José Mojica Marins
First off, the quality of the VHS that was distributed by Something Weird Video is downright abominable. Not only does the entire film have an orange / yellow-ish tint and a bright pink bar across the top the majority of the time, but it's washed out, blurry and heavily damaged, with an annoying continual roll. I'd say it's just barely viewable, but most people would probably just switch it off because of the abhorrent quality. So I'd think twice about purchasing this from them unless you are a die hard fan of José Mojica Marins and this is the only thing that's available to you. Actually, I think it may be the only way to see this one as per this writing, at least for American audiences. I'm not sure about its availability elsewhere. The run-time of their release is also just 68 minutes (as opposed to the 85 minutes listed on IMDb), which may explain the hackneyed editing. Regardless, you have to give Something Weird props for unearthing what they do. If not for them, literally hundreds of strange / obscure films from around the globe would probably never be seen.
Marins (who also directed, produced and wrote the original story) stars as Dr. George Medeiros, a scientist so dedicated to his "experiences" (as the subtitles call them, I'm sure they meant to say "experiments") that he neglects his much younger wife Rachel (Luely Figueiró). Not too difficult to see why, as Rachel is a pretty nasty piece of work who seems to only care about money and doesn't think twice about carrying on an affair with George's gigolo bum best friend Oliver (Oswaldo De Souza). As if the affair isn't enough, the backstabbing bride and her lover then plot to kill George by throwing acid in his face and setting his lab on fire. Too bad for them, George somehow manages to survive the ordeal and spends eight months in the hospital before being released. During that time, Oliver has blown nearly all of Rachel's money trying to live a playboy lifestyle - gambling, partying at the Louvre club and picking up prostitutes. Then one day out of the blue, one of Oliver's lovers decides to stab and kill him, leaving Rachel alone, broke and desperate.
Rachel is then understandably surprised when the husband she tried to murder begins to pay for all her needs and shows compassion from afar. Being hideously deformed from the attack, he doesn't let her see him or his face, and allows his friend and confidant Alfredo (Lirio Bertelli) do the leg work for him. Is George truly doing it out of the kindness of his heart, or is it all a trap? The film cuts away several from the main storyline to show a beautiful, smiling woman named Virginia (Helena Ramos) lying in bed topless or showering, leading one to wonder if these are flashbacks, flash-forwards, taking place in the present day or just hallucinations of a deranged mind.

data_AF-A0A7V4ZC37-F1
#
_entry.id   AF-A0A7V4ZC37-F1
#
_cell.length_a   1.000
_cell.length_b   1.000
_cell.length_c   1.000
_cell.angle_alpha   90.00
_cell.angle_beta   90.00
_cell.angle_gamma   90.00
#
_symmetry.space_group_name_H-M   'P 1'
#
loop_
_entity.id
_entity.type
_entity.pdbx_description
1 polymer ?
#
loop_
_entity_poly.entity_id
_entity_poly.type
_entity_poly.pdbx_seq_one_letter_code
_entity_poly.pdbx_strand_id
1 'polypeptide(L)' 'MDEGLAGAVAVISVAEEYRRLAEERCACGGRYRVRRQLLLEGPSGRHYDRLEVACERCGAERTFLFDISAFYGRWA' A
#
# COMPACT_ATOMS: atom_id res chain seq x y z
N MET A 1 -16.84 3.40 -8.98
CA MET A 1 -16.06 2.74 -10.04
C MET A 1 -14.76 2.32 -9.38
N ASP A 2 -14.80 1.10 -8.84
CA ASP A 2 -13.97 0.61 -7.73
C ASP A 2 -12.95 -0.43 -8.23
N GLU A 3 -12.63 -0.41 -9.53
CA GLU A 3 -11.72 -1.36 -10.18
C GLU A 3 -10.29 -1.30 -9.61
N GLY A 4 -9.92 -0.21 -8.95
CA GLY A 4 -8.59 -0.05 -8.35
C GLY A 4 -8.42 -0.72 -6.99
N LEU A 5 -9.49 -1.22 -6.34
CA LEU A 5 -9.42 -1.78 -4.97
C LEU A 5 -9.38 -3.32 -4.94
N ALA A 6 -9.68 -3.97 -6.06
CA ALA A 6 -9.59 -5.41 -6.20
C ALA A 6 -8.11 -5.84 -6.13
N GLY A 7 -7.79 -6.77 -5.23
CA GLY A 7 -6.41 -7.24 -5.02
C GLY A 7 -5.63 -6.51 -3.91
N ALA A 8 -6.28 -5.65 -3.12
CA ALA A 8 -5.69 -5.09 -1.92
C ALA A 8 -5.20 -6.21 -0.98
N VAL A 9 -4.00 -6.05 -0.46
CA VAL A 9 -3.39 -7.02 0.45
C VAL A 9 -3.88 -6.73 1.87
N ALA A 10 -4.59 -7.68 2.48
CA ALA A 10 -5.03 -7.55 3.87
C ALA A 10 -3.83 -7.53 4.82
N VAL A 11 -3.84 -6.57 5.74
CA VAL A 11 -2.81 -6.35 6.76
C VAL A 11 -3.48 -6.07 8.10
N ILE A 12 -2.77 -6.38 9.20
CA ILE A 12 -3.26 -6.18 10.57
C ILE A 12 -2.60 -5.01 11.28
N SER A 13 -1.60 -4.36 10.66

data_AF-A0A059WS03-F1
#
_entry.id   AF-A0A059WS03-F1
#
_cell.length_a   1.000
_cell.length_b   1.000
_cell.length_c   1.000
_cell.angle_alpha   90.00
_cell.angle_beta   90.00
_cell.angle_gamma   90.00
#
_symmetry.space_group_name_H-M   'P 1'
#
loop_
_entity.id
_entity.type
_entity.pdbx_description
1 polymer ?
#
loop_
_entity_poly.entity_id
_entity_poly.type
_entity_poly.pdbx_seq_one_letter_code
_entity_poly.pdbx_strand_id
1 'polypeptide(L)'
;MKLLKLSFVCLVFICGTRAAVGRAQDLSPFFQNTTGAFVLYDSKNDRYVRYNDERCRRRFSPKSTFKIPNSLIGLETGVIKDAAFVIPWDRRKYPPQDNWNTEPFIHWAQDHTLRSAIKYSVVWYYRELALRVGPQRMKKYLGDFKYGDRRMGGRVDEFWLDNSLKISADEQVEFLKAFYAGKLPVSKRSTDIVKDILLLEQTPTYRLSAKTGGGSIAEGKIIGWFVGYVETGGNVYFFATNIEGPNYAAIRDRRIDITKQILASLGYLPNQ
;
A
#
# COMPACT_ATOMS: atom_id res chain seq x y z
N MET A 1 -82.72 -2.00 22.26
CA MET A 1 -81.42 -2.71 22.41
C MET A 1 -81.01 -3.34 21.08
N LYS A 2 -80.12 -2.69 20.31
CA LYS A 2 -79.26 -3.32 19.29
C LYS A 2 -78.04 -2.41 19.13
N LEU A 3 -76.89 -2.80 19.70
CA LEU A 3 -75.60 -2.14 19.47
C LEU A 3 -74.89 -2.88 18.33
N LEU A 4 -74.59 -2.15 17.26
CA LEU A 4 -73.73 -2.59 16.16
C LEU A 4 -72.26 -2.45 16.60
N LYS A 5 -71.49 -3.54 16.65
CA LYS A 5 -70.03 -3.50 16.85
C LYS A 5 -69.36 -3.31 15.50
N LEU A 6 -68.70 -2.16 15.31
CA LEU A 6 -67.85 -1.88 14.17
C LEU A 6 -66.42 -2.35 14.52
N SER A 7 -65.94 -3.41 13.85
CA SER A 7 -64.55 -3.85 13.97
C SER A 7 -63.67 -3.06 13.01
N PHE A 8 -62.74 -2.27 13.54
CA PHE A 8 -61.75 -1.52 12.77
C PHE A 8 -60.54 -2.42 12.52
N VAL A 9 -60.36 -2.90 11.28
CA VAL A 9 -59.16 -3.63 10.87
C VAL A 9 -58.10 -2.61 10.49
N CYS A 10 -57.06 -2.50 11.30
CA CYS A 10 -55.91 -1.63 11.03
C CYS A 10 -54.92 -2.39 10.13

Though the dialogue and plot are both pretty heavy-handed when it comes to moralizing, it does manage to tie up the loose ends before the end, and is capped off with a decent twist ending. It also has some pretty arresting directorial touches here and there, with atmospheric use of shadow, some quick-cut editing tricks and a pretty great soundtrack featuring screams, echoes and various creepy and disorienting sounds, which could have very easily been the same ones used in earlier Marins movies. The design on Marins' acid-deformed face is also not bad and he even gets to wear a cool black trenchcoat with an upturned collar to go along with the ghoulish face and three-inch long fingernails. As far as the exploitation elements go, there's a bit of gore (including a close-up eyeball surgery that looks to be the real deal), as well as mild doses of nudity and sex. So while this isn't nearly as colorful, surreal, interesting or nightmarish as the earlier Marins efforts I've seen and comes off more by-the-numbers, it's not completely useless.